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Bobby Trivigno’s influence from his sister helped establish his competitive edge
Dana and Bobby are both successful hockey players, and each others biggest supporters
March 7, 2022
It was déjà vu as Nancy and Bob Trivigno drove their youngest son, Bobby, to the preschool attached to an ice rink. Bobby followed in the footsteps of his older sister, Dana, who first attended the school, and both siblings learned a vital skill that would impact the rest of their lives: the ability to skate. It was at that school that their passion for hockey began. And with Rangers games constantly lighting up the television throughout their house, they had no choice but to love hockey.
“When my sister was born, my dad wanted to put someone in a hockey suit,” Bobby said. “She had a very successful career, playing for a really long time.”
With such a distinct age gap, Dana was always bigger and taller than Bobby growing up, which built on the competitive nature between the two. Times in the basement or backyard rinks were filled with games of mini sticks, even potentially ending with a few bruises and even a bloody nose. Dana never went easy on her younger brother, always looking to win. From hockey to even a board game, the ambitious nature was always present.
“I give her a lot of credit to developing my competitive edge,” Trivigno said. “My grit and nastiness on the ice has definitely come from many stick battles with her where she always got the best of me.”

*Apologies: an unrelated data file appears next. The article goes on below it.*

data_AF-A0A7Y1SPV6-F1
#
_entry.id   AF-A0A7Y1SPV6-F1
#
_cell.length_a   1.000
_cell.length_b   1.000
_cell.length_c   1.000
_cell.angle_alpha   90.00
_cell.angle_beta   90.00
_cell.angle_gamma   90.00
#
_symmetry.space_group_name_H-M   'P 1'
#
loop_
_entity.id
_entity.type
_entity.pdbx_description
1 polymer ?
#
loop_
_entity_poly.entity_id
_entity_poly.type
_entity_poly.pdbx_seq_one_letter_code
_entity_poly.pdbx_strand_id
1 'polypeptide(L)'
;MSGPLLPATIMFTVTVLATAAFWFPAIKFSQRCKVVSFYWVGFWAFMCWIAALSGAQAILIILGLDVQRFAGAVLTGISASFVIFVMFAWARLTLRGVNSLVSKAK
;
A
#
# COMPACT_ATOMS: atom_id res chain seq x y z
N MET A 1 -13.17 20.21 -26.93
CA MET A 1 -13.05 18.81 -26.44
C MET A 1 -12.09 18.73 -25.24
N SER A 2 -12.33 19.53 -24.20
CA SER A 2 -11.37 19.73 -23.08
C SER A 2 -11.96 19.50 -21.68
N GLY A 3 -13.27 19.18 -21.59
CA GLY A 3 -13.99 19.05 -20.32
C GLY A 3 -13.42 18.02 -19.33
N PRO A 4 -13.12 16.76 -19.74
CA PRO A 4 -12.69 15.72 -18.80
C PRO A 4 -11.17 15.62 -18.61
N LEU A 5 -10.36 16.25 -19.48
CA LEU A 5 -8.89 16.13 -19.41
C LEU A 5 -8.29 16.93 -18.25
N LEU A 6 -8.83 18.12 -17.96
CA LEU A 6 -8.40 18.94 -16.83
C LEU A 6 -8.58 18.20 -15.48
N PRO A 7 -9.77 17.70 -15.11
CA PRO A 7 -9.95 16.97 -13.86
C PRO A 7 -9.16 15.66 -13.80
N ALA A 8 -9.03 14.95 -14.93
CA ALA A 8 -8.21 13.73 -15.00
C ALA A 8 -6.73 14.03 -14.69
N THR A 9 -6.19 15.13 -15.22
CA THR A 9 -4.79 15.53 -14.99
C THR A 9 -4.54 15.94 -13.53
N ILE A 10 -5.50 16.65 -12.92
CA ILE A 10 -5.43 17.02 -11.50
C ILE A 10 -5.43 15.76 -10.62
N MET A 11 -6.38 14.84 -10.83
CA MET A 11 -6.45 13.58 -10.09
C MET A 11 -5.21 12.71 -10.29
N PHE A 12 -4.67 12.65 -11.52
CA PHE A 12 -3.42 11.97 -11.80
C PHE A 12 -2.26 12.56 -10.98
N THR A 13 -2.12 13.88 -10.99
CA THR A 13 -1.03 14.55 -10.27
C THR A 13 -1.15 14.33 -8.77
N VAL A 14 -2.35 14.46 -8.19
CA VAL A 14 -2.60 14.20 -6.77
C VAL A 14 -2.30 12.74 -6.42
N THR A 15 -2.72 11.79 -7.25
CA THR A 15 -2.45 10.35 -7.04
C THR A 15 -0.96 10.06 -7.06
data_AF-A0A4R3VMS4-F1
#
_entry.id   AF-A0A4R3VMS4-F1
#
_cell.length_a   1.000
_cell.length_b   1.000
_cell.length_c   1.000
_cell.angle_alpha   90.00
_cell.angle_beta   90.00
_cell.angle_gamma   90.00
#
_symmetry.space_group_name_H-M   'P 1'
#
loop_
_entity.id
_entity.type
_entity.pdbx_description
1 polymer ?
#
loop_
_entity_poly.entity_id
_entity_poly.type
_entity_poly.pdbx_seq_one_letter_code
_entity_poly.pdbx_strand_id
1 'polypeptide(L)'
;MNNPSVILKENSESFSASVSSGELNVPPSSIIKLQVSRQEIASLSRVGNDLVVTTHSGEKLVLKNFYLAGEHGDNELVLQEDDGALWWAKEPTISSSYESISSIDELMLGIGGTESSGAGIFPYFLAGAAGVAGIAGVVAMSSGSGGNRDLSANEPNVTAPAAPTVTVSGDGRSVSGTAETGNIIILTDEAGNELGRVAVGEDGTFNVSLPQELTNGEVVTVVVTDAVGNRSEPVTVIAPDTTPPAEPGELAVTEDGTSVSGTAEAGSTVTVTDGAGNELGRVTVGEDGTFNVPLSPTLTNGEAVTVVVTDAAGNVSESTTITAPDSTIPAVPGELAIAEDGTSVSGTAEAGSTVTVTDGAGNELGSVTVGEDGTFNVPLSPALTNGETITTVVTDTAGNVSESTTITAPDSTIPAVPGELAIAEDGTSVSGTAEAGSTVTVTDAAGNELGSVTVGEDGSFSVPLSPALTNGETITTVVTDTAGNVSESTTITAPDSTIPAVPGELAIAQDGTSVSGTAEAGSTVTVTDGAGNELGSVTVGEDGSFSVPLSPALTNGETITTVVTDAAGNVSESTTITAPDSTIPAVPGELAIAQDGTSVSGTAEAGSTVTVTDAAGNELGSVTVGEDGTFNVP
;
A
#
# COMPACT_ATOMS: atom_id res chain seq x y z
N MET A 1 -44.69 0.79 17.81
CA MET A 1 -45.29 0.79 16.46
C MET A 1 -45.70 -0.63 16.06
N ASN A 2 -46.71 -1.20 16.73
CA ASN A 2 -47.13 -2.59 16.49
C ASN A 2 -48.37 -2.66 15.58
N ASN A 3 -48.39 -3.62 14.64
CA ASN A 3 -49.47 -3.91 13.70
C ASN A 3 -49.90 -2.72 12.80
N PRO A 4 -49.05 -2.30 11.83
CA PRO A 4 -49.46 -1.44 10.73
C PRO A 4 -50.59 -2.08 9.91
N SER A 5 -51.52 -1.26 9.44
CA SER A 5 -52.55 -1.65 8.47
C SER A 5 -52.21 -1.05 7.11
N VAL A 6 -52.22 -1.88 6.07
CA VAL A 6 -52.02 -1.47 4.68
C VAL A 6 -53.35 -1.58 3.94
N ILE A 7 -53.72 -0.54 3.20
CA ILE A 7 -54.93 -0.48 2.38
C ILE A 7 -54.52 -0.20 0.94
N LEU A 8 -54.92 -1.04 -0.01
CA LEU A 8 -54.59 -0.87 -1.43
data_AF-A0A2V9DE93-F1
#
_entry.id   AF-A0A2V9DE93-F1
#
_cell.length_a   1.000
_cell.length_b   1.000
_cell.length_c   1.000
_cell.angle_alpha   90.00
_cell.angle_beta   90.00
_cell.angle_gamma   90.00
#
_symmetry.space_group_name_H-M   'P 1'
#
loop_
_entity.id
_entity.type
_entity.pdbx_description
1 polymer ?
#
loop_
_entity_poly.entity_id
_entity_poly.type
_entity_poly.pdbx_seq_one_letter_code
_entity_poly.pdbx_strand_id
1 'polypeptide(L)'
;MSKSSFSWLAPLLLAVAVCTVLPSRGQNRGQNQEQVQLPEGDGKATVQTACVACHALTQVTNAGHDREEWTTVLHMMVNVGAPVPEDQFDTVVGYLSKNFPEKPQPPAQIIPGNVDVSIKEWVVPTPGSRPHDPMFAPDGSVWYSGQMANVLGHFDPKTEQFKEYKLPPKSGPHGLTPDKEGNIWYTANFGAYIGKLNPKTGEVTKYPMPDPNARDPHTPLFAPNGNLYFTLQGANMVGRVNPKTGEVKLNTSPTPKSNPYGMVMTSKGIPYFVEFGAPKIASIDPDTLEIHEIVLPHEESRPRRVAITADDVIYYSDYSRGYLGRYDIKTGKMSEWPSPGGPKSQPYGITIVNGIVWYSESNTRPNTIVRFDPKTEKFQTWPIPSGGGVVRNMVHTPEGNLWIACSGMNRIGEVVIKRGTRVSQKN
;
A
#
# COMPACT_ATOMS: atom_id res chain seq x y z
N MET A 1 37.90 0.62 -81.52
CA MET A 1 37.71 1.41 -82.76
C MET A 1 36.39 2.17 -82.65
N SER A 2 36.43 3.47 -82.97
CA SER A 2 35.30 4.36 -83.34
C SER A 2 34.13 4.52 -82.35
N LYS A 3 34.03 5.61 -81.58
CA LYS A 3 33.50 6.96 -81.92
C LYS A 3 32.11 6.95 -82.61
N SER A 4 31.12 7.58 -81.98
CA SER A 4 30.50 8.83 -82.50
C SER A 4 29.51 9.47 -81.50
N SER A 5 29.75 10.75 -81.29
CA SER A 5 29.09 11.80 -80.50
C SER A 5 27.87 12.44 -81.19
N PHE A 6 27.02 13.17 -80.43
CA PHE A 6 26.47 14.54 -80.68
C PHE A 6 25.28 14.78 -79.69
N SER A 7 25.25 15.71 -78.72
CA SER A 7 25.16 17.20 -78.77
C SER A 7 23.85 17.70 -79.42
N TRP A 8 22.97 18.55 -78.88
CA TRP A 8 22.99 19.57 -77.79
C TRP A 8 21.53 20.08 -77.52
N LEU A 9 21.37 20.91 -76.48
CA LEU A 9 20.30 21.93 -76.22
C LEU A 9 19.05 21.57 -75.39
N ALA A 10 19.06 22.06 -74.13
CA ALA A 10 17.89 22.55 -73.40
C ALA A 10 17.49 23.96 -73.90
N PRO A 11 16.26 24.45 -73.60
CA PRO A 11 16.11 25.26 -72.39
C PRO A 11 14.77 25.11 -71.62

The siblings have always been each other’s biggest supporters, despite the competitiveness between the two. Dana’s consistent appreciation, especially on social media, allows Trivigno to know that she remains his number one fan and her influence has led to his compete level on the ice.
The two took a similar path, with Dana leading the way. She attended Shattuck St Mary’s in Minnesota, with Trivigno following years later, where he won a national title with them in 2016, before going on to play Juniors.
“It was the best place to be if you’re a high school hockey player in my opinion,” Bobby and Dana’s father Bob Trivigno said about his children’s experiences at Shattuck St. Mary’s. “The school balances the hockey and the academics very well because there’s two and a half rinks on campus, and so they recruit the best players so the teams are always playing and you’re always practicing against the best players.”
Bobby and Dana both knew that their hockey careers were not destined to end once they graduated high school. For men, the conventional route is to play junior ice hockey before moving to the collegiate level. Trivigno took this path, going to play in the USHL for the Waterloo Black Hawks in Iowa. He ended his year with 43 points during the 2017-18 season, finishing fourth on the team in scoring.
Despite having the same goals, the siblings were forced to take different paths after high school, and Dana’s matched what all women go through during this process. While there is a junior’s level of hockey for women, it is not as viable of a choice for many compared to the men’s junior level, therefore they go straight from high school to college.
At Shattuck St. Mary’s Dana was a member of the 2009 USA Hockey Tier 1 U16 and 2011 U19 national champion team, earning the position as assistant captain during her senior year. Having participated in multiple USA Hockey national development camps, college programs took notice of her skill and dedication to the sport.